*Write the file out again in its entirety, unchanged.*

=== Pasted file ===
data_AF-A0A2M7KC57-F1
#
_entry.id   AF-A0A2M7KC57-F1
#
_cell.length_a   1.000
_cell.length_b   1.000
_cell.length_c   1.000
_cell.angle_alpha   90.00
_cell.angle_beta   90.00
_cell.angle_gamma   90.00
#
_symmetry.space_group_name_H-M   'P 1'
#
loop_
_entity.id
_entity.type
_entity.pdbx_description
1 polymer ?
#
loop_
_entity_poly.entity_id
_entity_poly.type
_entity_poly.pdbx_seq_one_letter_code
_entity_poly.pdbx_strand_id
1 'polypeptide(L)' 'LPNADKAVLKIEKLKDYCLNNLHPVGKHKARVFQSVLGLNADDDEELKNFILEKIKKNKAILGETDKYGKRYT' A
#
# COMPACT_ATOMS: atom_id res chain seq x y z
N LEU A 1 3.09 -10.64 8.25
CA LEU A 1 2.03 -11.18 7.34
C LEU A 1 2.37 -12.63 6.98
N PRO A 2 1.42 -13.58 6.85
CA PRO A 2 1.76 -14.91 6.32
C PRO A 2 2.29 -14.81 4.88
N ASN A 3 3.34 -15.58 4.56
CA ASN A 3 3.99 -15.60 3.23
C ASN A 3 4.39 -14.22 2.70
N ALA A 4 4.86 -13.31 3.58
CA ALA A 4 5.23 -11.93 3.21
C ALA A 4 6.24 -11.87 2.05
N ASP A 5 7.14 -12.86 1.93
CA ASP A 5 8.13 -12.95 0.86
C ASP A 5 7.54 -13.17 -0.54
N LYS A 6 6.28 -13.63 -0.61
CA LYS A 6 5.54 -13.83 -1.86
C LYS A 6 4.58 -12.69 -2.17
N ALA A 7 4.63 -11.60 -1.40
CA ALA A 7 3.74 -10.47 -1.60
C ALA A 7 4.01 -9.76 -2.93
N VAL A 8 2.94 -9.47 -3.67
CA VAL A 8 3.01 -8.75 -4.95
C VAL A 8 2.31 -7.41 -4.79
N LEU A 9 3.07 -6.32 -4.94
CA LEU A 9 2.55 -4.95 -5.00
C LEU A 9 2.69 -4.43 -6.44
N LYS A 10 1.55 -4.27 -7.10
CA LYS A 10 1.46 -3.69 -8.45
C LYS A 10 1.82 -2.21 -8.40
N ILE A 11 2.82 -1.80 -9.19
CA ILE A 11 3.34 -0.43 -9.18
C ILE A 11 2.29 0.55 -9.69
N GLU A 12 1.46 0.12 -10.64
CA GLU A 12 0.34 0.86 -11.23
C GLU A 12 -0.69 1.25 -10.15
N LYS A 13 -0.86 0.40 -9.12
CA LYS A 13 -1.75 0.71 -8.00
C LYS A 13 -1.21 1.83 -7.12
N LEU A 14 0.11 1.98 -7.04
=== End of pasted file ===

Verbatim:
data_AF-A0A2M7KC57-F1
#
_entry.id   AF-A0A2M7KC57-F1
#
_cell.length_a   1.000
_cell.length_b   1.000
_cell.length_c   1.000
_cell.angle_alpha   90.00
_cell.angle_beta   90.00
_cell.angle_gamma   90.00
#
_symmetry.space_group_name_H-M   'P 1'
#
loop_
_entity.id
_entity.type
_entity.pdbx_description
1 polymer ?
#
loop_
_entity_poly.entity_id
_entity_poly.type
_entity_poly.pdbx_seq_one_letter_code
_entity_poly.pdbx_strand_id
1 'polypeptide(L)' 'LPNADKAVLKIEKLKDYCLNNLHPVGKHKARVFQSVLGLNADDDEELKNFILEKIKKNKAILGETDKYGKRYT' A
#
# COMPACT_ATOMS: atom_id res chain seq x y z
N LEU A 1 3.09 -10.64 8.25
CA LEU A 1 2.03 -11.18 7.34
C LEU A 1 2.37 -12.63 6.98
N PRO A 2 1.42 -13.58 6.85
CA PRO A 2 1.76 -14.91 6.32
C PRO A 2 2.29 -14.81 4.88
N ASN A 3 3.34 -15.58 4.56
CA ASN A 3 3.99 -15.60 3.23
C ASN A 3 4.39 -14.22 2.70
N ALA A 4 4.86 -13.31 3.58
CA ALA A 4 5.23 -11.93 3.21
C ALA A 4 6.24 -11.87 2.05
N ASP A 5 7.14 -12.86 1.93
CA ASP A 5 8.13 -12.95 0.86
C ASP A 5 7.54 -13.17 -0.54
N LYS A 6 6.28 -13.63 -0.61
CA LYS A 6 5.54 -13.83 -1.86
C LYS A 6 4.58 -12.69 -2.17
N ALA A 7 4.63 -11.60 -1.40
CA ALA A 7 3.74 -10.47 -1.60
C ALA A 7 4.01 -9.76 -2.93
N VAL A 8 2.94 -9.47 -3.67
CA VAL A 8 3.01 -8.75 -4.95
C VAL A 8 2.31 -7.41 -4.79
N LEU A 9 3.07 -6.32 -4.94
CA LEU A 9 2.55 -4.95 -5.00
C LEU A 9 2.69 -4.43 -6.44
N LYS A 10 1.55 -4.27 -7.10
CA LYS A 10 1.46 -3.69 -8.45
C LYS A 10 1.82 -2.21 -8.40
N ILE A 11 2.82 -1.80 -9.19
CA ILE A 11 3.34 -0.43 -9.18
C ILE A 11 2.29 0.55 -9.69
N GLU A 12 1.46 0.12 -10.64
CA GLU A 12 0.34 0.86 -11.23
C GLU A 12 -0.69 1.25 -10.15
N LYS A 13 -0.86 0.40 -9.12
CA LYS A 13 -1.75 0.71 -8.00
C LYS A 13 -1.21 1.83 -7.12
N LEU A 14 0.11 1.98 -7.04